Why iOS 17's new CarPlay SharePlay support will rock my kids' worlds this fall

Shareplay in car
(Image credit: Apple)

With all the buzz surrounding the WWDC 2023 event and all that was announced, you'll be forgiven for missing a brief mention of a feature that could change the way many families go on road trips. Mine included.

That feature is baked into iOS 17, although Apple didn't actually preview it during the iPhone segment of its streamed opening keynote. Instead, it was part of the awkward "Audio & Home" portion of the event, stuffed in alongside some hotel AirPlay thing and changes to the Apple TV interface.

But those inauspicious surroundings belie a feature that could be transformative for something that families do every weekend, if not every day, all around the world. Road trips with kids can be an experience, to say the least.

And while we used to pass the AUX cable back in the day, CarPlay makes collaborative music-choosing hard work. But iOS 17 will change all of that thanks to the magic of SharePlay.

A true 'finally' feature

CarPlay home screen

(Image credit: iMore)

Swapping the AUX cord definitely worked in a pre-CarPlay world, but it just isn't feasible today. Sure, we could unplug the driver's iPhone (mine) and plug in my wife's or either of the kids' iPhones so they can choose the music. But that means that we lose whatever navigation was already underway. And yes, we could restart it on their device but that's just a whole pain that nobody needs while they're on the move. And who wants to go through that rigmarole over and over so other people can choose the tunes?

With iOS 17's new SharePlay support, CarPlay will no longer get in the way. Apple says that whenever the driver's iPhone is connected and CarPlay is running, those also in the car will be automatically prompted to join a SharePlay session — although only via Apple Music, it seems. Hopefully that will change in the future. I have to imagine that this is just a case of companies like Spotify and Tidal hooking into an API, but we'll have to wait and see.

Once up and running, anyone connected to the same SharePlay session can add their own songs, see the full playlist, and more — all as if they were holding the iPhone that's actually connected to the car.

I honestly cannot wait for this feature to ship and it might be the stealth-best iOS 17 improvement of them all.

I can't tell you how many times I've tried to make a Lightning cable stretch to the back of the car so the kids can take hold of my iPhone to pick a song. Yes, I know Siri exists but also, it's Siri. It works maybe 50% of the time, and it's a no-go if you don't know the name of the song or the artist. When your kids want to browse, they need a display to do it on.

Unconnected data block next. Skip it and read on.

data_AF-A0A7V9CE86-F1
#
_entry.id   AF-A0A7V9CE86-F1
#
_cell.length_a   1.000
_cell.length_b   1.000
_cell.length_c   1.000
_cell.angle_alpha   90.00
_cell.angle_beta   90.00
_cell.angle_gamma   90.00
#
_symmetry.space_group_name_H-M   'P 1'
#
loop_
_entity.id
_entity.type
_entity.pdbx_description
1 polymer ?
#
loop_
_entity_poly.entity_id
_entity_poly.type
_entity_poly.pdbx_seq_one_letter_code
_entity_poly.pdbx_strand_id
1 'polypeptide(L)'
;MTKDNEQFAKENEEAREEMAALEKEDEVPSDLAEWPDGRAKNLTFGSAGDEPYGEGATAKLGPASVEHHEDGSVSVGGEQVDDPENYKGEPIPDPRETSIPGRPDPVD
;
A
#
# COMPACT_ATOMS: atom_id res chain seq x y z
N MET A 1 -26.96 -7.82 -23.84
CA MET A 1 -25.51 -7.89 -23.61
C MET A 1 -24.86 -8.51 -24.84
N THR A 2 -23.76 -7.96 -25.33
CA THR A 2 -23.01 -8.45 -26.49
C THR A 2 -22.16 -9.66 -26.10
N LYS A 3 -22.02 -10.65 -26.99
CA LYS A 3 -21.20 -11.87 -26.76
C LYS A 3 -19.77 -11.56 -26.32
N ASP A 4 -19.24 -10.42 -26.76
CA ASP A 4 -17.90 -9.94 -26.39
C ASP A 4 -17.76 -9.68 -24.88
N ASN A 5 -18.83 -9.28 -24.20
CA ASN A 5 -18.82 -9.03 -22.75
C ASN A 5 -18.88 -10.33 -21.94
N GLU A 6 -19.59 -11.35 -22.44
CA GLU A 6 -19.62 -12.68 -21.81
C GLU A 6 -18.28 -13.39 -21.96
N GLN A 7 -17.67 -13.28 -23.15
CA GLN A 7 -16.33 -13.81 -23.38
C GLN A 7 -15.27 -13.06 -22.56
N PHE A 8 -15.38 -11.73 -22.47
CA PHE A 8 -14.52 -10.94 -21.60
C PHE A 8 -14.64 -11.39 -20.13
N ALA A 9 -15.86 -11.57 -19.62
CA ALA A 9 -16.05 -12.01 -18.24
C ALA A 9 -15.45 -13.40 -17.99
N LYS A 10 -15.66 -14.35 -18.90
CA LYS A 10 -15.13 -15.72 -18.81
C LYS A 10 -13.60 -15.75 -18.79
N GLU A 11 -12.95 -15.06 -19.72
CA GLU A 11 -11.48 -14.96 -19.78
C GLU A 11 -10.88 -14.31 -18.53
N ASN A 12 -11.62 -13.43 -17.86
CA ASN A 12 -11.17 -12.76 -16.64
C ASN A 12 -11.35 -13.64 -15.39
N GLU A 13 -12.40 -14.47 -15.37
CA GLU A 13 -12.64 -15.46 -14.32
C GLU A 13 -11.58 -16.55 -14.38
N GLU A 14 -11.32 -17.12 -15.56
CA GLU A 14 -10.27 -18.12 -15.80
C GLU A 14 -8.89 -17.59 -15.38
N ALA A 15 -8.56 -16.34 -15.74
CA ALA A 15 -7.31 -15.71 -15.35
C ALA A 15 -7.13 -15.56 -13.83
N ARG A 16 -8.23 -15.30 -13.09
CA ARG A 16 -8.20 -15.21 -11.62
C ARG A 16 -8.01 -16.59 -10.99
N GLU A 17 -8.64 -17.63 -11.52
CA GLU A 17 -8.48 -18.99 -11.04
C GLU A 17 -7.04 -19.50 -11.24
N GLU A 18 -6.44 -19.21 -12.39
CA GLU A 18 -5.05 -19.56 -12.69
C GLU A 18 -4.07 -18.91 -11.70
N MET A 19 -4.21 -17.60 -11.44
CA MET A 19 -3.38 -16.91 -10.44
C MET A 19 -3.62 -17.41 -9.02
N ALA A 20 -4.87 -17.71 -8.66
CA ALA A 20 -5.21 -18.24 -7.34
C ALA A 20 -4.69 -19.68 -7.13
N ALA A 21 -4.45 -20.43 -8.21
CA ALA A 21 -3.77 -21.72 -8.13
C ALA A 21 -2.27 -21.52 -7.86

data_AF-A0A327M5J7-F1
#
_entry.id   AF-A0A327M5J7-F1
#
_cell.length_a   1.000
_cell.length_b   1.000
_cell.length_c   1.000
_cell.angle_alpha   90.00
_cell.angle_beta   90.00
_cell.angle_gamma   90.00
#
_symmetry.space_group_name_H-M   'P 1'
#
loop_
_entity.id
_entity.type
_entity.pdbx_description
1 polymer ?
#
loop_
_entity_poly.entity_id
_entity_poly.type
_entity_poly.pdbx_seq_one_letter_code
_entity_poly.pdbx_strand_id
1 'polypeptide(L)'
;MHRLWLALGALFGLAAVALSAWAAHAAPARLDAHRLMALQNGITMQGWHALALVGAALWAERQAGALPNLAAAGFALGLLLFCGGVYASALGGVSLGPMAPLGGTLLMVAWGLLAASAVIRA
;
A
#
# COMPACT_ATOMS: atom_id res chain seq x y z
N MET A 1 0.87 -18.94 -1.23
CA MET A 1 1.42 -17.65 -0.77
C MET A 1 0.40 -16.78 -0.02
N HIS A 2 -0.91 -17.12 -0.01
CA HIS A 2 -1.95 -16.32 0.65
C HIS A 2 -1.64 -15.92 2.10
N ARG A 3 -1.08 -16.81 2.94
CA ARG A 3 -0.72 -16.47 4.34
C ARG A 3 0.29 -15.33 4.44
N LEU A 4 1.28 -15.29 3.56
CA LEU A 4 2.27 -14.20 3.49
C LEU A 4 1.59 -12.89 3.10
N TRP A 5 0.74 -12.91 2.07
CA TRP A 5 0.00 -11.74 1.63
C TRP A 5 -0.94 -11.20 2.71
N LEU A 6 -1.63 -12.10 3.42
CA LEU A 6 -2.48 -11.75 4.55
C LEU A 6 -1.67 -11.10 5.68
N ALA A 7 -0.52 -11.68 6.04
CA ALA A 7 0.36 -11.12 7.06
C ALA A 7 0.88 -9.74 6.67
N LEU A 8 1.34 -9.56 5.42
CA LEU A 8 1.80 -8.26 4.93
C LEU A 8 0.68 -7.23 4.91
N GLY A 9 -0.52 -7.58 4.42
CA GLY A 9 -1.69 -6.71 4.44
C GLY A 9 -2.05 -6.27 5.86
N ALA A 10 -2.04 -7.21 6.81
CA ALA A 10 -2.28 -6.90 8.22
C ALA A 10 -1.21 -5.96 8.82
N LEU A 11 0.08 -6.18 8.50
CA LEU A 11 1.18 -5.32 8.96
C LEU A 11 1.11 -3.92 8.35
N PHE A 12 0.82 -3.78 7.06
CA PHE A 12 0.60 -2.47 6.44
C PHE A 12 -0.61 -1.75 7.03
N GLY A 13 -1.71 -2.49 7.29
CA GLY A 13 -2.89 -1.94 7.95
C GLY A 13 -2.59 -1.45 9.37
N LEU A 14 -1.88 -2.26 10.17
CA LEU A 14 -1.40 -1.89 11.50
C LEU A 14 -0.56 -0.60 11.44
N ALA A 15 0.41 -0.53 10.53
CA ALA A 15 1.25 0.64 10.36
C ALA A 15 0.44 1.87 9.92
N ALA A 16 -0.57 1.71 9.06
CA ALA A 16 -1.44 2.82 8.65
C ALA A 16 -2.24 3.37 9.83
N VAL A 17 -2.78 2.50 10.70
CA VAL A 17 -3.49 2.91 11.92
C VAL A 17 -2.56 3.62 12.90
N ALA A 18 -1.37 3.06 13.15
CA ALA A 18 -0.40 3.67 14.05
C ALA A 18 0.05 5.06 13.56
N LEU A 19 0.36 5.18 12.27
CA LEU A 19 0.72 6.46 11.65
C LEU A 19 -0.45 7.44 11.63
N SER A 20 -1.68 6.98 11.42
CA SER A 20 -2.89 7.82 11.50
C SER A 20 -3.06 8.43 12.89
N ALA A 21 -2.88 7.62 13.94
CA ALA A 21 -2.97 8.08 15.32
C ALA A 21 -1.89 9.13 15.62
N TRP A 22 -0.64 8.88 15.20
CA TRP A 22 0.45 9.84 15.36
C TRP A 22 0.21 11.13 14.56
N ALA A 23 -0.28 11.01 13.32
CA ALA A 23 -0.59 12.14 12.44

We often say that Apple "finally" did something, whether that's adding a new feature or releasing a product that we've seen leaked for years — I'm looking at you, Vision Pro. But I feel like this is a problem that should have been fixed long ago. And now it's just a few months away from going away for good.

Apple at its best

CarPlay dashboard

(Image credit: Lloyd Coombes)

That being said, the way Apple has chosen to fix this problem is Apple at its best. It uses its own ecosystem as a way to make something work, as if by magic. Assuming it works as advertised, of course.

Being able to just join a CarPlay session without any setup or codes will mean that anyone can actually do it. They won't even need to be part of our Family Sharing group either, it seems. Apple says that anyone in the car will be able to get in on the music-picking fun.

Sure, some people will wish that their Android-owning friend or family member could get in on the music-picking, but imagine how clunky the experience would need to be. Apple's ecosystem (or walled garden, if you prefer) isn't perfect. And it creates some of its own problems, absolutely. But when it works, nothing else comes close.

Now, I just have to explain to my family that we can't go on any road trips until this fall, so I can try CarPlay SharePlay out for myself.

Oliver Haslam

Oliver Haslam has written about Apple and the wider technology business for more than a decade with bylines on How-To Geek, PC Mag, iDownloadBlog, and many more. He has also been published in print for Macworld, including cover stories. At iMore, Oliver is involved in daily news coverage and, not being short of opinions, has been known to 'explain' those thoughts in more detail, too.

Having grown up using PCs and spending far too much money on graphics card and flashy RAM, Oliver switched to the Mac with a G5 iMac and hasn't looked back. Since then he's seen the growth of the smartphone world, backed by iPhone, and new product categories come and go. Current expertise includes iOS, macOS, streaming services, and pretty much anything that has a battery or plugs into a wall. Oliver also covers mobile gaming for iMore, with Apple Arcade a particular focus. He's been gaming since the Atari 2600 days and still struggles to comprehend the fact he can play console quality titles on his pocket computer.